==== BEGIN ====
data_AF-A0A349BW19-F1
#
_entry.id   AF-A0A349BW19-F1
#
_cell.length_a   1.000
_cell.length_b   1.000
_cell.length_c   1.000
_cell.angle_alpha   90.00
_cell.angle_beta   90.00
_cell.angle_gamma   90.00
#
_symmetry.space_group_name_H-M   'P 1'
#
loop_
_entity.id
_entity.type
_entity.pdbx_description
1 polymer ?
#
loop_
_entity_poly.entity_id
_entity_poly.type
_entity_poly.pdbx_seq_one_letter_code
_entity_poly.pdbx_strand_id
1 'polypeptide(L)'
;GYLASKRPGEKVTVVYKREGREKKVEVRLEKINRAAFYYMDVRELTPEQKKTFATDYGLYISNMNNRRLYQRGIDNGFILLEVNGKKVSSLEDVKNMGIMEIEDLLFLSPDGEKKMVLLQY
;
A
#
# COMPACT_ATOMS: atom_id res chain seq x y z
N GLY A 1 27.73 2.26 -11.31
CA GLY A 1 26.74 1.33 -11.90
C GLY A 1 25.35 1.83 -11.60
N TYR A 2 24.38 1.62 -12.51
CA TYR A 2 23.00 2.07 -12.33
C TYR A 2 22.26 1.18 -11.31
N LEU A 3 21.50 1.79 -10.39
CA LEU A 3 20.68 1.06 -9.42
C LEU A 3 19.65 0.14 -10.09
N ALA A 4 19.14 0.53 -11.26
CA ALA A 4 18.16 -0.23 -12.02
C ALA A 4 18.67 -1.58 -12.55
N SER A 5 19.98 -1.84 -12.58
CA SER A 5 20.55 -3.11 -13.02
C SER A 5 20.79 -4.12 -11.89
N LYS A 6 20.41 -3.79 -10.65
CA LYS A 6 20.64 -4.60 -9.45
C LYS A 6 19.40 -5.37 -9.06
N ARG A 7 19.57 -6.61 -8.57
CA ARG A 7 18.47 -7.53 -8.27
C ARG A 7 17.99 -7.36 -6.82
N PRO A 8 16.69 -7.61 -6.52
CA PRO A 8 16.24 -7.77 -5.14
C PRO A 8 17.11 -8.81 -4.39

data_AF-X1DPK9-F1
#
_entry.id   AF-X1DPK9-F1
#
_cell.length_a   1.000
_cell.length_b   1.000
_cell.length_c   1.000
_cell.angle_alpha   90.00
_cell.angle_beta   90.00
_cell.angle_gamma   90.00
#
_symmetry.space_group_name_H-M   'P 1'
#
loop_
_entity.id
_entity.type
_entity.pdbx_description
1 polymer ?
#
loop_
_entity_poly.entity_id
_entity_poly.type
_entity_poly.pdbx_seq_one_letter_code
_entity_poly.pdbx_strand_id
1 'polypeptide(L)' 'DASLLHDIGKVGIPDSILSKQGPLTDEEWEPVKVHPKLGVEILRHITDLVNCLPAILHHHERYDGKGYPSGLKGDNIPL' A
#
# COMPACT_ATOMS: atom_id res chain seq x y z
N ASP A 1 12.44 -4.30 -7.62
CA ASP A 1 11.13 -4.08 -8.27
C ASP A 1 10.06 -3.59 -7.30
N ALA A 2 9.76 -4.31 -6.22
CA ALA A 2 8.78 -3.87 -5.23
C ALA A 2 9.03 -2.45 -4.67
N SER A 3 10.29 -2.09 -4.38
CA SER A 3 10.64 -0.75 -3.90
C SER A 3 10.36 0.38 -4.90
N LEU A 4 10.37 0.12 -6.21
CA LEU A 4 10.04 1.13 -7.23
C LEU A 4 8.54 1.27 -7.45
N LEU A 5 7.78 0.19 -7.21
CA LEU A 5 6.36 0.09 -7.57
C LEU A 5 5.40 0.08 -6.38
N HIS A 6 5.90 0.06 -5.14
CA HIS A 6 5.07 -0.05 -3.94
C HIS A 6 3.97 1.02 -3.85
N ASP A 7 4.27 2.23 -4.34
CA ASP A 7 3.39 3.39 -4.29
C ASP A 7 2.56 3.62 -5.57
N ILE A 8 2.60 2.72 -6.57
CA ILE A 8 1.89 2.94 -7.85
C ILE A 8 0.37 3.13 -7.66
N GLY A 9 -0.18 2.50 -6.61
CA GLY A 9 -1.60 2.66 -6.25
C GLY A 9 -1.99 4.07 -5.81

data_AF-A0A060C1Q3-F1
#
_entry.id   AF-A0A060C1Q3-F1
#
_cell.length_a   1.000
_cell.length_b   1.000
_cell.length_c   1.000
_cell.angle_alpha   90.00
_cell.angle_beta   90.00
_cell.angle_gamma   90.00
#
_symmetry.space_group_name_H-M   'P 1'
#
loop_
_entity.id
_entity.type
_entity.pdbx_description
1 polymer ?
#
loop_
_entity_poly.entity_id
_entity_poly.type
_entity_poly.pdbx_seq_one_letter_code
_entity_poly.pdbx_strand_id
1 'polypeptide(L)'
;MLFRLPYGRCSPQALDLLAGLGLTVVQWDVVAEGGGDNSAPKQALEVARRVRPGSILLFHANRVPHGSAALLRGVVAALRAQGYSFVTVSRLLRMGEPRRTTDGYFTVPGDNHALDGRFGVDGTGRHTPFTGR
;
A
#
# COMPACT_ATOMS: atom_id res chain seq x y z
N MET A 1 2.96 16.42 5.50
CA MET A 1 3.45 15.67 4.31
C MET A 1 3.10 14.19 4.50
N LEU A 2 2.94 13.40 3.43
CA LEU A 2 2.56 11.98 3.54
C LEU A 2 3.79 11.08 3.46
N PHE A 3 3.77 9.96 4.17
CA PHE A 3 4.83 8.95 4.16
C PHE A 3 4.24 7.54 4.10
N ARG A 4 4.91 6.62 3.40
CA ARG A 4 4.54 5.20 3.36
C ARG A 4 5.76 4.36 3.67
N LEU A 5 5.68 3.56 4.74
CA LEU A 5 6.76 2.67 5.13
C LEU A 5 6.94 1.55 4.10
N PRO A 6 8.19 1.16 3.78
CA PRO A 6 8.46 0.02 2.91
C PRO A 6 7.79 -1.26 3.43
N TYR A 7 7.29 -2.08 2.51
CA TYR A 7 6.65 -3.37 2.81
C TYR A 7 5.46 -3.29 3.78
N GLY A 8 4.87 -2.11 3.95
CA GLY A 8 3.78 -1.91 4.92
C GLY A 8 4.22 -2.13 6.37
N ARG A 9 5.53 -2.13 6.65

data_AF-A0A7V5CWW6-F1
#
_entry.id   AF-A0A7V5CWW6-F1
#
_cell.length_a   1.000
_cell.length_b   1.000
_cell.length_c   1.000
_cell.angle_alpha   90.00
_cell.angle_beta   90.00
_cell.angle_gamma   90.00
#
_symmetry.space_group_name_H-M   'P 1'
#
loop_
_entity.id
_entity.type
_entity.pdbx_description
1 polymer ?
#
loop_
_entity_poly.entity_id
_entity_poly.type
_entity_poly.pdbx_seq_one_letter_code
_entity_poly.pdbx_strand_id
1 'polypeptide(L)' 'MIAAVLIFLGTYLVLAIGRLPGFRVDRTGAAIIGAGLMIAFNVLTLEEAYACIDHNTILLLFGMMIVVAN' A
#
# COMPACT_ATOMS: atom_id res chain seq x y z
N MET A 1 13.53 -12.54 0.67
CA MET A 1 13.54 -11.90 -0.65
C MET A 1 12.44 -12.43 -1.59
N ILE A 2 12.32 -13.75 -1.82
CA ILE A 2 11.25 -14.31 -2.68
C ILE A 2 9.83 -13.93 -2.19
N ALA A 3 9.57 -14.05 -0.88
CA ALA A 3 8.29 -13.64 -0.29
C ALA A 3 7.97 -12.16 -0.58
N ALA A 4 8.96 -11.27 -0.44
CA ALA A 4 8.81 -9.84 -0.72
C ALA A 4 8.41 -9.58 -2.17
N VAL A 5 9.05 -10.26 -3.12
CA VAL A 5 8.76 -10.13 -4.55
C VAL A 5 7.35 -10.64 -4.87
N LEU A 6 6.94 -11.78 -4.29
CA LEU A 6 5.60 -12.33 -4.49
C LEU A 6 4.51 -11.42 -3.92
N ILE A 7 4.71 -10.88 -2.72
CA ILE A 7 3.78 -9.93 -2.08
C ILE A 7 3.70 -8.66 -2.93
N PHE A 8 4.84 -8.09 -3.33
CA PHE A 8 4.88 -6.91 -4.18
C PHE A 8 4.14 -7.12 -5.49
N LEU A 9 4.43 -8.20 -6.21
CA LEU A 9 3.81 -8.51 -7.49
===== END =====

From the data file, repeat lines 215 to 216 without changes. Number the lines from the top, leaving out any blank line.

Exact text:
N LEU A 9 4.43 -8.20 -6.21
CA LEU A 9 3.81 -8.51 -7.49